There are a couple of other indications that this film is Scorsese-lite - namely that the director is having fun without endlessly pushing the envelope like he did at his peak. The first is that the performances are much bigger, not to say riper, than he would have allowed in the likes of Goodfellas or Mean Streets. Jack Nicholson is allowed to chew the scenery in a way that he hasn't done in a serious film since The Shining; he takes William Monahan's script and turns Frank Costello into a grotesque, slug-like tyrant, somewhere between a Roman Emperor and Jabba the Hut. It's still an eye-catching performance, but you're always aware of how much room he has been given and how loose some of his scenes can feel.

The other indication is that The Departed feels much more of a procedural film than either Infernal Affairs or other similar films that Scorsese has made. Infernal Affairs had a metaphysical quality to it; the original title literally translates to "unceasing path", a reference to Avici, the lowest level of Buddhist hell, in which those present endure incessant torment and suffering. Directors Andrew Lau and Alan Mak created an all-pervading sense of the two main characters constantly questioning their purpose, their decisions and what awaited them when it was all over. The existential questioning both provided depth and ended up driving a fair amount of the plot.

That's not to say The Departed is shallow or empty-headed, any more than procedural TV shows like Dragnet and NCIS are inherently inferior to more suspense-driven thrillers. The set-pieces are still exciting and well-structured, and Scorsese deserves credit for keeping the characters as central to said set-pieces as possible. But there's less of an emphasis on building atmosphere as an accompaniment to the plot, as there is in Chinatown or Angel Heart, and much more of an emphasis in watching all the pieces fit together like a Swiss watch.

Once you strip away the generic conventions and the Scorsese visual grammar, The Departed is fundamentally a film about dysfunctional families and father-son relationships. Sullivan's use of 'Dad' when talking to Costello (seeing him as a father figure, just as Henry Hill viewed Paulie) is mirrored by the lack of an upstanding father figure in Costigan's life. These are all characters who are staring into the abyss, doing what they can and trying to fill the void with whatever works at the time, whether it's women, power or simply getting one over on their enemies.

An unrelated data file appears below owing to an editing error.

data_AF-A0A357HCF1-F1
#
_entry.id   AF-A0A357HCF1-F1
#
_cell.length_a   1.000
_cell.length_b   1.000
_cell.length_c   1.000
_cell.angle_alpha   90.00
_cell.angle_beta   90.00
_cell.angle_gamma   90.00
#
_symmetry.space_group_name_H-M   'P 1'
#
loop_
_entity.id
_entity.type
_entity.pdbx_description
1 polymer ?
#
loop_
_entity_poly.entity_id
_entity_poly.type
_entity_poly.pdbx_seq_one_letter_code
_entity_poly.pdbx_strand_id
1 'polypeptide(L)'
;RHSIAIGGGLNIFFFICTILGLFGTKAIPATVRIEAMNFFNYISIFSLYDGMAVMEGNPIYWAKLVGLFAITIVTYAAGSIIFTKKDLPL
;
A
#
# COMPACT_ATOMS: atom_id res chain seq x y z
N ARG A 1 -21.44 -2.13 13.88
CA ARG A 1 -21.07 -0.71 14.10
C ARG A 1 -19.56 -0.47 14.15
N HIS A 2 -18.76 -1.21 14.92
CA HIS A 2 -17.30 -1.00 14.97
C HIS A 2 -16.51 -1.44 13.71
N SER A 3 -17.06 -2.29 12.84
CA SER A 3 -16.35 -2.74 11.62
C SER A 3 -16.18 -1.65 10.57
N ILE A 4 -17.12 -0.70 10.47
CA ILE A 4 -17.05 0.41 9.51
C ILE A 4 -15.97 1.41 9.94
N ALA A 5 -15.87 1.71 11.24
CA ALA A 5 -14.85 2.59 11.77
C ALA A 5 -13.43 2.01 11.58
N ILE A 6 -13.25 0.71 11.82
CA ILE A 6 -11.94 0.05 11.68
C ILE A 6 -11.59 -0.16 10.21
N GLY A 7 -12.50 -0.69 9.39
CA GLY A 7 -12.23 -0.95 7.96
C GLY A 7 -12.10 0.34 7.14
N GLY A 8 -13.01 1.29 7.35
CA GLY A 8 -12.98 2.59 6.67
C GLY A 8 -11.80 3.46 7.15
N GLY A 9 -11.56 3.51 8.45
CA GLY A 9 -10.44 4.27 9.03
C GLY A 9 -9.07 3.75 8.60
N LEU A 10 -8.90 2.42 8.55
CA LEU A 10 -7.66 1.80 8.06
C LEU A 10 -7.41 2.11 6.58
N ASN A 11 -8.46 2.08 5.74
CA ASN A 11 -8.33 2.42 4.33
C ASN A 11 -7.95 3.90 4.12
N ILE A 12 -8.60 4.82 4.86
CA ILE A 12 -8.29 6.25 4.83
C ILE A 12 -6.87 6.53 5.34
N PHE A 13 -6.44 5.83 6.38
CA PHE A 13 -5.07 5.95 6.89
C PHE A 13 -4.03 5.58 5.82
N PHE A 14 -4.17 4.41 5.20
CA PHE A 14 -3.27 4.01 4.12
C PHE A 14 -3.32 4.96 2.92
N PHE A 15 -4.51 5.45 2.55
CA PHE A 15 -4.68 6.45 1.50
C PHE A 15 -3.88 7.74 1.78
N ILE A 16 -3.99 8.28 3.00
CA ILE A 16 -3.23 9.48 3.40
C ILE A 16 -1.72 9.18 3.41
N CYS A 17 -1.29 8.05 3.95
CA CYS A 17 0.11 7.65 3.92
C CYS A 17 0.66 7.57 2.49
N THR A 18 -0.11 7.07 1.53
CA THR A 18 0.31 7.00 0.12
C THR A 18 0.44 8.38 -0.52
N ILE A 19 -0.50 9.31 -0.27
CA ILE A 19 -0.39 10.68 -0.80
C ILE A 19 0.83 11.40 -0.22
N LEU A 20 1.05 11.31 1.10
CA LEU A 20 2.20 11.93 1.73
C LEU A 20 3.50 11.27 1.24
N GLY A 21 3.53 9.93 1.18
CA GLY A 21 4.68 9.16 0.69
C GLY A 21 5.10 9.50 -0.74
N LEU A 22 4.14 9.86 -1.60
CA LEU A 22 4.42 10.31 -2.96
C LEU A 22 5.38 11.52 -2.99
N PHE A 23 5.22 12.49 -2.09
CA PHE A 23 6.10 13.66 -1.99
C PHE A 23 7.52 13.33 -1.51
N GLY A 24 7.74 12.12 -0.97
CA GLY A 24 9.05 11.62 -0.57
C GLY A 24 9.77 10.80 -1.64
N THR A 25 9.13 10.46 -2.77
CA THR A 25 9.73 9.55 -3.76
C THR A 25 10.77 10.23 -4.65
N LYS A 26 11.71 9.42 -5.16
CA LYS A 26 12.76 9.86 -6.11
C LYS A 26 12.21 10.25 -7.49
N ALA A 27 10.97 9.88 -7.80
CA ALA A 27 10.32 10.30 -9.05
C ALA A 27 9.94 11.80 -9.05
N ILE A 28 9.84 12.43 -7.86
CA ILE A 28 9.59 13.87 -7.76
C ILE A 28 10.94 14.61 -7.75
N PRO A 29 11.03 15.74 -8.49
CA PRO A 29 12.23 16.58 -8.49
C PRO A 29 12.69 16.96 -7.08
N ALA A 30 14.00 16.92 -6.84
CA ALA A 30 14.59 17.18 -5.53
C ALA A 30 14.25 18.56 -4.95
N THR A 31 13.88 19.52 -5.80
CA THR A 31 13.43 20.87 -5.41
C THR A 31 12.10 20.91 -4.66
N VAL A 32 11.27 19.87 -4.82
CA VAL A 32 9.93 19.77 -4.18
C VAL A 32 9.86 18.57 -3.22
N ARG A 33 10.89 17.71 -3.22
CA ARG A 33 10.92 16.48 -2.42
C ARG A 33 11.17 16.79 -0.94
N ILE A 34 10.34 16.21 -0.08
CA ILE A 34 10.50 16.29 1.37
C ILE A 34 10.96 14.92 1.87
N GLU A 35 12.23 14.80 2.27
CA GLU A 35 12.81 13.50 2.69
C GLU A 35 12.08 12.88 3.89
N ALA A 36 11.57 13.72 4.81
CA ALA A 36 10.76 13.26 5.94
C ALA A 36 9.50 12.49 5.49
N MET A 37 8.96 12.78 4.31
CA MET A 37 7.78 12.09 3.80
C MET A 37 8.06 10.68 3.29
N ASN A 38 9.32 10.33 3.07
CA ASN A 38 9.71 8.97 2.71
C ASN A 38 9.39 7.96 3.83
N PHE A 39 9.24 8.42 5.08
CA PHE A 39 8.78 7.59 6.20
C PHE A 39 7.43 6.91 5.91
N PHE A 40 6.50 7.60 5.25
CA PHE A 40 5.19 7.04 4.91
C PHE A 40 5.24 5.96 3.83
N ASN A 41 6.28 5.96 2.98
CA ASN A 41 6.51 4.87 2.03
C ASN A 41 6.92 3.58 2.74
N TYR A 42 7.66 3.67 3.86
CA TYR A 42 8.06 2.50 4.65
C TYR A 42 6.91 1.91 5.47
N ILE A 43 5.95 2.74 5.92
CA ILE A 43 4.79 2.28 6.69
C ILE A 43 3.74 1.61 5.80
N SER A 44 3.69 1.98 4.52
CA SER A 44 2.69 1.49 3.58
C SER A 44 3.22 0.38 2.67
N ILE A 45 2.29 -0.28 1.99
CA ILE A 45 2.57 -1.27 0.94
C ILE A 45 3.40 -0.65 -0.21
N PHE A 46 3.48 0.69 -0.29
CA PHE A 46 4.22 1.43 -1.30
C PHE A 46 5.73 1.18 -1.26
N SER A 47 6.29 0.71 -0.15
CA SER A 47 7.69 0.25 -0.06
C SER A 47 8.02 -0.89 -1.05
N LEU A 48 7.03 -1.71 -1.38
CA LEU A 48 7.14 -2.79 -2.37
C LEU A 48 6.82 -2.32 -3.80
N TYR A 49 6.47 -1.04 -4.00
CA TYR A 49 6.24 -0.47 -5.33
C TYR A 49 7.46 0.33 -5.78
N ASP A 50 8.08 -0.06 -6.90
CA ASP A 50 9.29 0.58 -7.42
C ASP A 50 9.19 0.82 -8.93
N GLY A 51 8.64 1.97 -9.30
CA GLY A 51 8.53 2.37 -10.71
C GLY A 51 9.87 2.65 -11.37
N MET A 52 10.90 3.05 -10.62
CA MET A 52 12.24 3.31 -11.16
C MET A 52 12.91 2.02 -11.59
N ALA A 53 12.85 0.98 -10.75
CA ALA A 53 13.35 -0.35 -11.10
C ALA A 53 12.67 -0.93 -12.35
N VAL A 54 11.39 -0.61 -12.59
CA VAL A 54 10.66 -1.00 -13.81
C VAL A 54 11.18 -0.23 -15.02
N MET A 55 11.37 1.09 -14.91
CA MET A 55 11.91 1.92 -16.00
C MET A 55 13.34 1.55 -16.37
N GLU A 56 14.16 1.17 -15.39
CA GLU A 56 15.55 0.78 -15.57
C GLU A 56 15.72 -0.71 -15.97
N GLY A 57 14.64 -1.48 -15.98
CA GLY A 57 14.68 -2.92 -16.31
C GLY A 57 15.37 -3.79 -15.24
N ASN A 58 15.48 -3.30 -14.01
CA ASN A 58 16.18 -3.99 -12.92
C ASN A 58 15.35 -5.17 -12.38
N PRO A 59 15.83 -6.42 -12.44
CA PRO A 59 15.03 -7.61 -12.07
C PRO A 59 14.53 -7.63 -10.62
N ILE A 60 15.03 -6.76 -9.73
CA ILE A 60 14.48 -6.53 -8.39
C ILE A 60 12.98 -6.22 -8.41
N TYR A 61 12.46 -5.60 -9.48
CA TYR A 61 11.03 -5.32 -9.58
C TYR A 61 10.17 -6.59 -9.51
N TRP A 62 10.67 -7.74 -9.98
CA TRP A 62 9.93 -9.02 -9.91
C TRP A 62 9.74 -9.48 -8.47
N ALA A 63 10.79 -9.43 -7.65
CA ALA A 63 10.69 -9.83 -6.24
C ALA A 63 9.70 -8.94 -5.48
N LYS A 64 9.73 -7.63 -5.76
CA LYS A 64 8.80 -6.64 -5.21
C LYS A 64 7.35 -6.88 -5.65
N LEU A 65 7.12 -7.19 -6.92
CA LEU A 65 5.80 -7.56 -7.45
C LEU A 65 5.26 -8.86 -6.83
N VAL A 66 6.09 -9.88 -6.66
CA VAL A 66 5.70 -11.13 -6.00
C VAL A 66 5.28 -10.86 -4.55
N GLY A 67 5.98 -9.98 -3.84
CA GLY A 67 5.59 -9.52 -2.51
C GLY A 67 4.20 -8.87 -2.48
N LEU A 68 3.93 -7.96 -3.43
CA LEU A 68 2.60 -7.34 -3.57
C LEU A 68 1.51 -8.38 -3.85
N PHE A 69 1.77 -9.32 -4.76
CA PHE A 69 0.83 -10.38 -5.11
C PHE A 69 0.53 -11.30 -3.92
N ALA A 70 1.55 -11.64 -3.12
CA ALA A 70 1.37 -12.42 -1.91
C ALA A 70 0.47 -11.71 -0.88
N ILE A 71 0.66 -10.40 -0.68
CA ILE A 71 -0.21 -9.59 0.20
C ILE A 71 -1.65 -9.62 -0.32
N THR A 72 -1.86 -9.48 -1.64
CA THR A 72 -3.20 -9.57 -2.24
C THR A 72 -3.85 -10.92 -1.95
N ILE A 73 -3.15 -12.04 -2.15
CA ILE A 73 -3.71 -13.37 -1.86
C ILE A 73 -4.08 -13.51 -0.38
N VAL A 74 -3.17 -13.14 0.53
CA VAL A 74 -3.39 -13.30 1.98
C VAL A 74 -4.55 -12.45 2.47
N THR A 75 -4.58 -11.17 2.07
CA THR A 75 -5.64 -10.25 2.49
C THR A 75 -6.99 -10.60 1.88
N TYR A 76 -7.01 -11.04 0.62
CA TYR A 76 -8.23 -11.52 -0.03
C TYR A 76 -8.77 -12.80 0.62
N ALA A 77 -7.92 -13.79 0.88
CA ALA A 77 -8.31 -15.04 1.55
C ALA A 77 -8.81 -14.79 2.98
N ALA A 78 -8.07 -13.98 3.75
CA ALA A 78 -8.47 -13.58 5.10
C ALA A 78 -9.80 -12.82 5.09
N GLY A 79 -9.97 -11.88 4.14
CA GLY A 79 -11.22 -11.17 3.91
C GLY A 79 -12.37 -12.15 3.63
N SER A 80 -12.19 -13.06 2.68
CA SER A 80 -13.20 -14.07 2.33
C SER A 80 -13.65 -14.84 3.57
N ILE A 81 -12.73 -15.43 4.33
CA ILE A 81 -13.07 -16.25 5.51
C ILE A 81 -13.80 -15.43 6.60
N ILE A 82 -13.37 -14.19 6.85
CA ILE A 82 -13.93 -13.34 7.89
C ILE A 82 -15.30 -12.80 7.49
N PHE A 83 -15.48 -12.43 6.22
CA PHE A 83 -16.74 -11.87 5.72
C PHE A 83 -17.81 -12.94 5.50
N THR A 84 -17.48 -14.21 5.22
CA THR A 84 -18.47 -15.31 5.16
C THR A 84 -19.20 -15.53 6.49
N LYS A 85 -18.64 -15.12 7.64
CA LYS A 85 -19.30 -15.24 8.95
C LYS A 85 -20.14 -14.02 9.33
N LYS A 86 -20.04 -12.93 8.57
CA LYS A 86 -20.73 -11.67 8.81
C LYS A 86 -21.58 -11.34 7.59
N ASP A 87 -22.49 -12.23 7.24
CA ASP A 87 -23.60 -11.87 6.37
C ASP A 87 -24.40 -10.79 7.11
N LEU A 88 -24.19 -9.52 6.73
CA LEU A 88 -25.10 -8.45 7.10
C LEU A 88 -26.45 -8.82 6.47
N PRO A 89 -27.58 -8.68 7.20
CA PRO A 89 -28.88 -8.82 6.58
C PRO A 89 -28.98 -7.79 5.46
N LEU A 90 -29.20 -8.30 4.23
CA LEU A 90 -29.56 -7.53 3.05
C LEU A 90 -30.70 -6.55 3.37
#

The very best scene in The Departed is also one of the least heated, featuring as it does none of the Costello-driven violence and no ear-bleeding, David Mamet-esque profanity at the hands of Sean Dignam (Mark Wahlberg in a good performance). It comes in the second half when the respective rats - played by Matt Damon and Leonardo DiCaprio - speak to each other on the phone as their efforts to find the mole in each other's organisations begins to take hold. The initial conversation, which is wordless, is thoroughly well-played, and the follow-up is tense and loaded. Like the Billy Bats trunk scene at the start of Goodfellas, this is the point at which everything changes for the characters, and the subsequent reveal involving the envelope is executed fantastically well.

One of the main changes that Scorsese and Monahan chose to make from the original was to amalgamate the love interests for both Sullivan and Costigan. Given the course of these two characters, it is difficult to see how the filmmakers would have found the time to properly establish two meaningful romantic relationships. But if we accept this, surely the solution would be to simply take the romance out of the equation altogether, rather than creating a compromise character which makes things seem needlessly contrived.

Vera Farmiga is a fine actress, as her subsequent work in Source Code confirms. There is nothing wrong with wanting to give screen time to female characters in what is traditionally a male-dominated genre, and there is an argument for combining the two love interests to make a point about the two leads sharing some form of humanity outside of their allegiances. But as a result of having to fulfil two purposes within the plot, she is given less room to work with and ends up badly written. We are asked to believe that someone in her position could be completely oblivious to what is going on, and given her characterisation that simply doesn't wash.

The Departed is a gripping and engaging thriller which is entertaining in the moment while falling some way short of the best that Scorsese has to offer. It's hard to argue that it deserved the Oscar over many of his earlier works, but taken on its own merits it's a well-oiled, nicely-plotted piece of work and, alongside The Aviator, represents a partial return to form following the flabbiness of Gangs of New York. While it isn't the finest hour for any of its participants, it's easily deserving of your time.